Although certainly remarkable, this three-pronged mark in the rock is not the site of the salt water well that Poseidon caused to be by striking the ground with his trident. That long-lost well would have been just inside the north door to the cella. Pausanias said that on a windy day, the sound of waves could even be heard coming from it. (1.26.6)

This is the south porch of the Erechtheum, commonly called the Caryatid Porch. Who these Caryatids are meant to represent is as hotly debated today as it was in antiquity. Are they criminals forced to bear a heavy burden? The Arrephoroi chosen to deliver the peplos to Athena? Young initiates of Artemis at Brauron? A group of upper-class Athenian women? Or in this case is a pretty support beam just a pretty support beam?

This close-up of the Caryatid Porch shows how the women seem to be caught in mid-stride: the three on the left have bent left knees (note how even in marble the garment drapes naturally), while the remaining three bend the right knee.

The Caryatid Lord Elgin brought out of Greece and sold to the British Museum in 1816. It is the best preserved of the 6 Caryatids, the other five of which were moved in 1979 into a nitrogen-filled chamber in the Acropolis Museum in Athens, but too late to save them from the ravages of pollution. More photos to be uploaded soon…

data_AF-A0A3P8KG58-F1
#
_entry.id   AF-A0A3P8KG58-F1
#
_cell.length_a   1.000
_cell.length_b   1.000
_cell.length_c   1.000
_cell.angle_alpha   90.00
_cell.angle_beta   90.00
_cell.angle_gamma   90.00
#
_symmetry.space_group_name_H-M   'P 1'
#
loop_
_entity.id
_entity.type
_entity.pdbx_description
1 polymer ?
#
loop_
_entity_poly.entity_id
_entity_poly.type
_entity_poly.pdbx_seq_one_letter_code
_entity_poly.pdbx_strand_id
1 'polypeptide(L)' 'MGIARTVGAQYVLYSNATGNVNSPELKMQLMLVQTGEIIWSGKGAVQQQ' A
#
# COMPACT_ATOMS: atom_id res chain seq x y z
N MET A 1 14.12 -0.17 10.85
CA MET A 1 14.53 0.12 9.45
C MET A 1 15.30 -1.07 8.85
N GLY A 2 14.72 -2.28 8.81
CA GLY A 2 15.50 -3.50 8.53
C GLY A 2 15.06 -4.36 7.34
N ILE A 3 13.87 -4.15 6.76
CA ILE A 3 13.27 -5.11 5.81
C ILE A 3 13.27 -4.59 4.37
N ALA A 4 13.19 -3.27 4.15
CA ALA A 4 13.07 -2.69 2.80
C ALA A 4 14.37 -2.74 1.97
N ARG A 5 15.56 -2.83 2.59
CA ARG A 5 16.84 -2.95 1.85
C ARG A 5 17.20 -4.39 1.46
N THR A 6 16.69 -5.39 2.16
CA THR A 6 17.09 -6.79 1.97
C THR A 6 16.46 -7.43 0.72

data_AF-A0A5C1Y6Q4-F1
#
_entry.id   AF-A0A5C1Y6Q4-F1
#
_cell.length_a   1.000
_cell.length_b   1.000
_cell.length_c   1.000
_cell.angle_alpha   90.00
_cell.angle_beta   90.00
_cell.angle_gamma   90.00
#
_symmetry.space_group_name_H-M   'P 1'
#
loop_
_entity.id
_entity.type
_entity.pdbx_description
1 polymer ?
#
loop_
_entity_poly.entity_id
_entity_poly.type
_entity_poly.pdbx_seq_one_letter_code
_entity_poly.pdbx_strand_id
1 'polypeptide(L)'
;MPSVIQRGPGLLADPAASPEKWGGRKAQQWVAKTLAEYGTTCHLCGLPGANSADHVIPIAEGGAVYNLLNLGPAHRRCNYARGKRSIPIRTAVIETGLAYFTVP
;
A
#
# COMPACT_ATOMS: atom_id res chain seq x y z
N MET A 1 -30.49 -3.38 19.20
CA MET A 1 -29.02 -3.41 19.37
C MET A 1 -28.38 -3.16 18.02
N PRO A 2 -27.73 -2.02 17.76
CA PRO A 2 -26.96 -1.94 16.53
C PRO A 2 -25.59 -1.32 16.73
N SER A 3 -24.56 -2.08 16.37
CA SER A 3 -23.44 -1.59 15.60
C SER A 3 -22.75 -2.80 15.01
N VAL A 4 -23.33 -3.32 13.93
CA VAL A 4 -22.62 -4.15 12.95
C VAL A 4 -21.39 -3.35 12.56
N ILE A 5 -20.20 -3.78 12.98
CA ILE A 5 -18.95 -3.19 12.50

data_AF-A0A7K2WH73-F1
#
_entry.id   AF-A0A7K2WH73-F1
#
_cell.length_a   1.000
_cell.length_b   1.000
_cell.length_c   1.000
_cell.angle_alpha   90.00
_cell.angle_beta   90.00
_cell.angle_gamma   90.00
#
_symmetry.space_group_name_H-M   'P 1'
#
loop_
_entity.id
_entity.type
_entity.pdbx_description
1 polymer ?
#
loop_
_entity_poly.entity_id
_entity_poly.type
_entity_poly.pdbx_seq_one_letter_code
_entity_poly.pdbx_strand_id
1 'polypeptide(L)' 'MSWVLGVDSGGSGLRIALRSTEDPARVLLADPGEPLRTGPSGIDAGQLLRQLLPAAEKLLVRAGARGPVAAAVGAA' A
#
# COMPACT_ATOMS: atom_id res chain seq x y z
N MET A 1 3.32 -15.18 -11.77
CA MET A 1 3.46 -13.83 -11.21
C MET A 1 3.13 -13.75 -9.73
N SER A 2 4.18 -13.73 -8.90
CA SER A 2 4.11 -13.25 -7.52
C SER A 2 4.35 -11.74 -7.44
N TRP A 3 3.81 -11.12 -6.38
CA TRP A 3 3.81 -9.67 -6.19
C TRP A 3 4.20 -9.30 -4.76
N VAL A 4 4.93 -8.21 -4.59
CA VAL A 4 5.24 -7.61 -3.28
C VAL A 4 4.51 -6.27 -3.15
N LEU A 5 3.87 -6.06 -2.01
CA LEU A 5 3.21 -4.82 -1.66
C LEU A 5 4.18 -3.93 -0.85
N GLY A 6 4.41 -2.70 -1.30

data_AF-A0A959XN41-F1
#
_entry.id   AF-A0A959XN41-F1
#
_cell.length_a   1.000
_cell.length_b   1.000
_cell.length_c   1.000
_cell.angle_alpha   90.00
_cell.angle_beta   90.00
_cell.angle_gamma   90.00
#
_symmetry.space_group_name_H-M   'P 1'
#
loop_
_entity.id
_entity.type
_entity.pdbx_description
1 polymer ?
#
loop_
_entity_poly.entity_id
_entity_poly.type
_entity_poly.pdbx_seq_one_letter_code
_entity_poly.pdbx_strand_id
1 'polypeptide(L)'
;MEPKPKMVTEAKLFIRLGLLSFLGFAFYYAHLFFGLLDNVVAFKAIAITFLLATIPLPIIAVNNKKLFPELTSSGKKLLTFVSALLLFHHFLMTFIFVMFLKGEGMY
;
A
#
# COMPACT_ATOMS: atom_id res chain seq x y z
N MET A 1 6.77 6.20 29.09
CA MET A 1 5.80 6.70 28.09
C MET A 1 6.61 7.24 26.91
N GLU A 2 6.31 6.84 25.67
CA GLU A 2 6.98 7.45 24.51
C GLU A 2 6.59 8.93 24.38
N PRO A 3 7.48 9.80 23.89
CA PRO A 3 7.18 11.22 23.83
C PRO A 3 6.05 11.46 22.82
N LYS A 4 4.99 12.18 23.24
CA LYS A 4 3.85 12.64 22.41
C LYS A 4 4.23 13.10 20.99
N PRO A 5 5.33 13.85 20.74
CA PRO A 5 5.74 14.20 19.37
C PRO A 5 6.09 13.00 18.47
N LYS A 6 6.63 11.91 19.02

The ceiling coffers of the Caryatid Porch of the Erechtheum are almost entirely intact. Some sources say that the portico ceilings were paneled and painted dark blue with gold stars (much like the east portico of the Propylaia), and some say that they were inset with panels of variously colored glass.

View of Erechtheum with the foundation of an earlier, 6th century, Temple of Athena in the foreground. This is the only whole foundation of a pre-Persian invasion building on the Acropolis.

Here two of the Erechtheum’s three pedimental areas are visible (the third is over the north porch), but none ever had pedimental sculpture. Although many pieces of the frieze survive, its theme is not known.

Huge fragment of egg and dart molding of the Erechtheum (above left). The Caryatids, too, are crowned with egg and dart molding (above right is a close-up of the Caryatid in the British Museum) The building was known for its particularly elaborate architectural decoration, and much of it can be seen in the British Museum (you have to go to the basement). Below on the left is an anta capital from east porch of Erechtheum, and on the right is architrave block from the same porch:

Reconstruction generally follows the principle that one should be able to tell the original from the new – that is why the replacement blocks are a lighter color. The purpose of reconstruction is to use only as much new material as is necessary to provide a true representation of the old and allow appreciation of it in its fullness – not to trick the viewer into thinking that something new really dates to antiquity.

With special thanks to Professor John Younger of Duke University for his help in making these pages more accurate. Any errors are my own.